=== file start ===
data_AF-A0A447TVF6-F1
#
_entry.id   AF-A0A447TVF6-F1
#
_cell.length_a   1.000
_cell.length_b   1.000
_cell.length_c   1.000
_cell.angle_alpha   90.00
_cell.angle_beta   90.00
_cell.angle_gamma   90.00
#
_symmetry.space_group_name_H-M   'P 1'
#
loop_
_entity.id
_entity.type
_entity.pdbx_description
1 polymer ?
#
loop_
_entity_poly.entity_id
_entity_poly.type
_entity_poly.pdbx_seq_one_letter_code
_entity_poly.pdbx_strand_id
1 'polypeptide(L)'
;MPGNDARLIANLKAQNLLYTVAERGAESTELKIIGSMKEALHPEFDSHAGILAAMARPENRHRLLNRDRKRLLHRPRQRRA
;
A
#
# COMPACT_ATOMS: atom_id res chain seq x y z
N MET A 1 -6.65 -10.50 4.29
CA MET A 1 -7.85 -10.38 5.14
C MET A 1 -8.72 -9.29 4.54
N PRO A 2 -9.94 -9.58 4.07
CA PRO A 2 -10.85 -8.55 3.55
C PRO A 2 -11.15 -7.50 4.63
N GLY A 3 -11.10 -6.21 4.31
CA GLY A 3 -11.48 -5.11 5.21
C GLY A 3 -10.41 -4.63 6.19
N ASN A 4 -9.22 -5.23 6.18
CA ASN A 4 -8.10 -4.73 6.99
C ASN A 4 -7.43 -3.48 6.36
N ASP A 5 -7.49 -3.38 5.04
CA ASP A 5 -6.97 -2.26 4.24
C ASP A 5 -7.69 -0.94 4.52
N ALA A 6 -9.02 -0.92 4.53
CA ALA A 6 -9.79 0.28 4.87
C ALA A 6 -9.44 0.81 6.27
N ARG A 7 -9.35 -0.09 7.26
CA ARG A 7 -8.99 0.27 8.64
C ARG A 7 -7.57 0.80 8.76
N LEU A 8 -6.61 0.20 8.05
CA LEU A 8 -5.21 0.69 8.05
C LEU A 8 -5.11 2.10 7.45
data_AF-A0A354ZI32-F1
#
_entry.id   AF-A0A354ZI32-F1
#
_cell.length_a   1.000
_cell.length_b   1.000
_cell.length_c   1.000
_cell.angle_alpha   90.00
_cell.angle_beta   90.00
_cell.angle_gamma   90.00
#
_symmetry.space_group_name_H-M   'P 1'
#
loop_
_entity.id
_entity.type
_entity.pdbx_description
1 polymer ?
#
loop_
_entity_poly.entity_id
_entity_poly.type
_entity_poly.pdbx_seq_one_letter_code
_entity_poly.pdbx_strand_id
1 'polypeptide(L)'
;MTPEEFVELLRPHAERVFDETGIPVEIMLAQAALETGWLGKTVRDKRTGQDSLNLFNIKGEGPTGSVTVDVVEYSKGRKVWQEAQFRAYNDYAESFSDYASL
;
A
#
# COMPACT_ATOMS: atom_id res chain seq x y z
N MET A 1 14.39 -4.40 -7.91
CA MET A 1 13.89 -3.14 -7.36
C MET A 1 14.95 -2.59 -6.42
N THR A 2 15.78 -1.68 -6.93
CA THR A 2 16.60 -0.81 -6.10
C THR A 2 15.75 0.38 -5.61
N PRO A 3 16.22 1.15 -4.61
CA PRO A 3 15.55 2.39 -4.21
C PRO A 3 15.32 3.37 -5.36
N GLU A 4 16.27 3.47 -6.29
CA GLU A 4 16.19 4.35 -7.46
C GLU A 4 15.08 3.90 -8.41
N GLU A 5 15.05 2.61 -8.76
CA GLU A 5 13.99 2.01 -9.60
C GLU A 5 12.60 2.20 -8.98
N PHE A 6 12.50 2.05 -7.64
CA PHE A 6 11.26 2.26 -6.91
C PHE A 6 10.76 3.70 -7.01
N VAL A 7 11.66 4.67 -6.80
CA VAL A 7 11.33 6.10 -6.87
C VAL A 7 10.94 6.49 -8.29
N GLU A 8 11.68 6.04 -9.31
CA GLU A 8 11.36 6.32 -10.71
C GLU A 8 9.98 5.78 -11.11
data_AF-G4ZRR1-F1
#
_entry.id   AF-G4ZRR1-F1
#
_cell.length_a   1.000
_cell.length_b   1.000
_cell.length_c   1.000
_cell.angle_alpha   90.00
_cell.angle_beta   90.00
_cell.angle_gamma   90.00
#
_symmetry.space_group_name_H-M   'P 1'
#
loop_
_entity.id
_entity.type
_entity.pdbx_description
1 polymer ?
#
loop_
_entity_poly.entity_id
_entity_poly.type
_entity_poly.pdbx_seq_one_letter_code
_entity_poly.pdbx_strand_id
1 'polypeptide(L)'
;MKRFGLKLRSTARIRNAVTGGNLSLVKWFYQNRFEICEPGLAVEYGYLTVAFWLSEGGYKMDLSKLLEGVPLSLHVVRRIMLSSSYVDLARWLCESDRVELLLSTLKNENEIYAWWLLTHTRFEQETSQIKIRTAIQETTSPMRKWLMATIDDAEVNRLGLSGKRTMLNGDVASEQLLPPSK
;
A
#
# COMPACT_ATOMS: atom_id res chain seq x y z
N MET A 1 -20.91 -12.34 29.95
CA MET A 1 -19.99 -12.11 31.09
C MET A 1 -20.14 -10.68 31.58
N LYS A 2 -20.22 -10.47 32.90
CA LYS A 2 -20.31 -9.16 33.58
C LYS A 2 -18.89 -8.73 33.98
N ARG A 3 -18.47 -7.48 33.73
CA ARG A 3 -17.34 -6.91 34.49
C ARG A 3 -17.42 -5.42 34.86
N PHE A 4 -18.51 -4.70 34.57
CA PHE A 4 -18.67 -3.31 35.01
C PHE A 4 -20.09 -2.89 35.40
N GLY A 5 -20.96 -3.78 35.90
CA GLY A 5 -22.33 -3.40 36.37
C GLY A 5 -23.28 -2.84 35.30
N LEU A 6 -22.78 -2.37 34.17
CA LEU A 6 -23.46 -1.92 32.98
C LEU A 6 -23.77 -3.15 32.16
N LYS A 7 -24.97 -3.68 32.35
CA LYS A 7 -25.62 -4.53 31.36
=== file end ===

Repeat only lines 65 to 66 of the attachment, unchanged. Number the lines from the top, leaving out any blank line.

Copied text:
#
_symmetry.space_group_name_H-M   'P 1'